Close to 300 artifacts, some even 2,000 years old, have been found by gas workers in Lima over the past two decades.
AP News published a report outlining the numerous archaeological and historical finds that workers installing lines of natural gas across Lima have found over the years.
Because of this, archaeologists have partnered with gas companies in order to recuperate, register and handover all artifacts to the Ministry of Culture, as required by Peruvian law. Over 40 archaeologists work with the Calidda national gas company, which has installed about 6,000 miles of gas lines across the city. They have reported about 300 archaeological finds.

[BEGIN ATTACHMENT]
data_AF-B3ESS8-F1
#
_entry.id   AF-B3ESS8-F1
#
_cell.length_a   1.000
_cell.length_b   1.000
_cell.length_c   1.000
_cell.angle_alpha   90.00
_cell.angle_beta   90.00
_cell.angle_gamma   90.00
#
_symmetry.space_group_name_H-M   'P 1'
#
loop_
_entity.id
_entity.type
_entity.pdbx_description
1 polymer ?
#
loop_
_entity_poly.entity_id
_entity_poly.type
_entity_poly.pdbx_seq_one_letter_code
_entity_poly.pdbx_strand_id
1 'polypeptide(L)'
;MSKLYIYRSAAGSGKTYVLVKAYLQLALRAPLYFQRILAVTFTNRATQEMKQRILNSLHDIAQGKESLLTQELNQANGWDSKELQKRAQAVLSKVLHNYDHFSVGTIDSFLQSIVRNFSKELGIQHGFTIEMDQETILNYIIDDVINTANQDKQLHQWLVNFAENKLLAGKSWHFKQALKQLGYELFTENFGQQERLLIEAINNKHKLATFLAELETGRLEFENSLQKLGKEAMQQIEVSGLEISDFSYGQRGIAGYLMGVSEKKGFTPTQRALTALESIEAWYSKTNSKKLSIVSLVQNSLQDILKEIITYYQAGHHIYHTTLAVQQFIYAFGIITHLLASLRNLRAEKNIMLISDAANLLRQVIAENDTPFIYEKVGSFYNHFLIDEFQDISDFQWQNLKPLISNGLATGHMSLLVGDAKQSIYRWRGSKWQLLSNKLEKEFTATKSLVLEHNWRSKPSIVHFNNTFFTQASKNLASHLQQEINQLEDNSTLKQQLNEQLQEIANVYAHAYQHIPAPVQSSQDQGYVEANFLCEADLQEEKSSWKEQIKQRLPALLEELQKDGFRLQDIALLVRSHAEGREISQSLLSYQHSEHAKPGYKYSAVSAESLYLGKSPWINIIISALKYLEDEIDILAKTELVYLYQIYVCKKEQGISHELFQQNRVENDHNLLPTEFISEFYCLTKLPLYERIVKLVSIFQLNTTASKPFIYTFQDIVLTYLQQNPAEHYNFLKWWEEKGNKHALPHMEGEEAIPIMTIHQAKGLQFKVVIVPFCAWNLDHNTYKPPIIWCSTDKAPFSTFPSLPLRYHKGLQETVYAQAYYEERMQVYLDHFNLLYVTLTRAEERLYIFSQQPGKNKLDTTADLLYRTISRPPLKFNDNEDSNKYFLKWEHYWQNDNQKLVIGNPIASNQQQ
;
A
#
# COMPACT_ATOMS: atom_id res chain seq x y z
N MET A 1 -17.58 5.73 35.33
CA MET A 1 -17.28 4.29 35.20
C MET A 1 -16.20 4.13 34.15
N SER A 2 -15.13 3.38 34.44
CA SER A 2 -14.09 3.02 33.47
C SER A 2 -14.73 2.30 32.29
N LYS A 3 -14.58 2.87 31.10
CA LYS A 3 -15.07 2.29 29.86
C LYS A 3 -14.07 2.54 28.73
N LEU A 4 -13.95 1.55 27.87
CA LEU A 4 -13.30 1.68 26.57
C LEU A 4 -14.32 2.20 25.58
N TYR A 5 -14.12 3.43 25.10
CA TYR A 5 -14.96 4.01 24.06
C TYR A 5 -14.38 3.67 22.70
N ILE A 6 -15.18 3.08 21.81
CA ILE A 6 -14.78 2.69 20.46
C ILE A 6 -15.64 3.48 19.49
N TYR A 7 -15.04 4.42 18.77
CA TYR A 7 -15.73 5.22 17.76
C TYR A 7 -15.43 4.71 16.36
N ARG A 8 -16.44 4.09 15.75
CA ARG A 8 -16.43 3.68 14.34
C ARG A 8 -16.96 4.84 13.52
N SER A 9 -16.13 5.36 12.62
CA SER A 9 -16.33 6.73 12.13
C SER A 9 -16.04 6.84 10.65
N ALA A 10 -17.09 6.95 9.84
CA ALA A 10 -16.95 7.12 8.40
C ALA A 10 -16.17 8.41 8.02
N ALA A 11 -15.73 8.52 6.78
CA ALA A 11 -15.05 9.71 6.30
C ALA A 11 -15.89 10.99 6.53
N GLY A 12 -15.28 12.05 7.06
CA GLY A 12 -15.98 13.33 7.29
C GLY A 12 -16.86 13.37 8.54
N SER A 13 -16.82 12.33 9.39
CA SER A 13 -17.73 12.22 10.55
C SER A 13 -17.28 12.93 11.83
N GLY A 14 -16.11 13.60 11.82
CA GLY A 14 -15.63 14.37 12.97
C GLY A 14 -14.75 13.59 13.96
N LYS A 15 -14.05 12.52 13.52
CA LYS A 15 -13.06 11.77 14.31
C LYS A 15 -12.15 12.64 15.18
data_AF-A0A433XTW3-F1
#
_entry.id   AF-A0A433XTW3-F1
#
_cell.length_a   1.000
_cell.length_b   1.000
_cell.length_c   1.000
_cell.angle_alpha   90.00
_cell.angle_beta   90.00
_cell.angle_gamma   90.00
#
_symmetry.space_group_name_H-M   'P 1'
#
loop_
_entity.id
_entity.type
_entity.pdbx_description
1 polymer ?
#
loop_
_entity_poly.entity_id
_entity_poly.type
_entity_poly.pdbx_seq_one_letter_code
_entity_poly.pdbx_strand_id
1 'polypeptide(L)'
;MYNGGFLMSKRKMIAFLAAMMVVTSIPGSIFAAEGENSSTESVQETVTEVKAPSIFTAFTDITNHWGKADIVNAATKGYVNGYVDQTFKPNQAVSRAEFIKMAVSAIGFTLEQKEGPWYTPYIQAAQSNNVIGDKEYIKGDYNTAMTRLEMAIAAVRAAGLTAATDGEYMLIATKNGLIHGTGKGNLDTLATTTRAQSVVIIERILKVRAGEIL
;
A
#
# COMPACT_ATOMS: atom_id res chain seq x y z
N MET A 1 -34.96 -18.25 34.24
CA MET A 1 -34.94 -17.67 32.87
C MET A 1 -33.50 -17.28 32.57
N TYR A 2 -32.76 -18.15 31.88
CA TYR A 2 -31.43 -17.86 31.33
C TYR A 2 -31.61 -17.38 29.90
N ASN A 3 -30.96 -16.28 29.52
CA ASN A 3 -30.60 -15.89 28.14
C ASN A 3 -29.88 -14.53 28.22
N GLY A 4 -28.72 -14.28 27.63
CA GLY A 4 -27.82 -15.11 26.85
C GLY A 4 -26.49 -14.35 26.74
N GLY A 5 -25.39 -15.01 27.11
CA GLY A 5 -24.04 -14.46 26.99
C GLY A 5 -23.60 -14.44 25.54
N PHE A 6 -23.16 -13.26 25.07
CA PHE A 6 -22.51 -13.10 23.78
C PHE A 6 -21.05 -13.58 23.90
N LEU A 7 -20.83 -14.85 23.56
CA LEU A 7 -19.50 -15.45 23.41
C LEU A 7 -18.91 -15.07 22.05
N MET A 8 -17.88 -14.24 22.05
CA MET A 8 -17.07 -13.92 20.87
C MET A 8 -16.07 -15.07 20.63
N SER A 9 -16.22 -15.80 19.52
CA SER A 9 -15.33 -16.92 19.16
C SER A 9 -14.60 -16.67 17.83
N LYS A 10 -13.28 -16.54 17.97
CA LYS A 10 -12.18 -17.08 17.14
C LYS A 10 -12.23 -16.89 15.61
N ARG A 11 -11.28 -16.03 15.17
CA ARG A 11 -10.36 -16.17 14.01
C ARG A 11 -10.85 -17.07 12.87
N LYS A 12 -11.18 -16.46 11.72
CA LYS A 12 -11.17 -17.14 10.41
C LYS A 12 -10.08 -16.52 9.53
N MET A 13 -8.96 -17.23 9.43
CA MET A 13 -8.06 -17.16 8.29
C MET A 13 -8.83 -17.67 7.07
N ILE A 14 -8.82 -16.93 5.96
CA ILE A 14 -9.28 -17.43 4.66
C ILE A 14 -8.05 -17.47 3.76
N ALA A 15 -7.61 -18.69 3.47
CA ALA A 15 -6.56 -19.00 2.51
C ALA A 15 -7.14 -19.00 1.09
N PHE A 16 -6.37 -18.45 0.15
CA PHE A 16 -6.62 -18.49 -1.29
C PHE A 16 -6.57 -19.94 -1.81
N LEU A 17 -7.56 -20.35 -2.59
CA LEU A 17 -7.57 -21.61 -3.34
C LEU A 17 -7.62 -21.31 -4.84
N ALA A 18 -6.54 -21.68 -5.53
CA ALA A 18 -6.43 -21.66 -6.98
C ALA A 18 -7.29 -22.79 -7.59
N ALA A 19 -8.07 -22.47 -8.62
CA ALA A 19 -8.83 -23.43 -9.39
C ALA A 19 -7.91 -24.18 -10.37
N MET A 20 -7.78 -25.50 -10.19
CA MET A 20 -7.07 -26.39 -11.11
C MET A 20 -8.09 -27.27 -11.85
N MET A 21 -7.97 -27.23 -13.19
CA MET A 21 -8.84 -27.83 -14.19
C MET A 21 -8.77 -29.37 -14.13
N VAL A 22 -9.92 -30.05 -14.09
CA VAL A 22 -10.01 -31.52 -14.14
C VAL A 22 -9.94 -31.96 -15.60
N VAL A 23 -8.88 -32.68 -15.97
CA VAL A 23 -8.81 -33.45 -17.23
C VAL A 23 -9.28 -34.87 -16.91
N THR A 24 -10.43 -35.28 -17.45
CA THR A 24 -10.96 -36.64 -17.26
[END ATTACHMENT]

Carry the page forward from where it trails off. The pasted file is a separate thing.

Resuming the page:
Workers digging through the ground have found, for example, burial sites that included ceramics belonging to a pre-Inca civilization. Or the remains of a child buried in the style of the pre-Inca Chancay civilization, to the astonishment of the families living close by.
More recent findings include bodies of Chinese immigrants from the 19th century, believed to have been farmers. Calidda, a Colombian-based company, states it has spent about USD $2 million in archaeological efforts to recuperate these underground artifacts.
Source: AP News
Cover photo: Martin Mejia/AP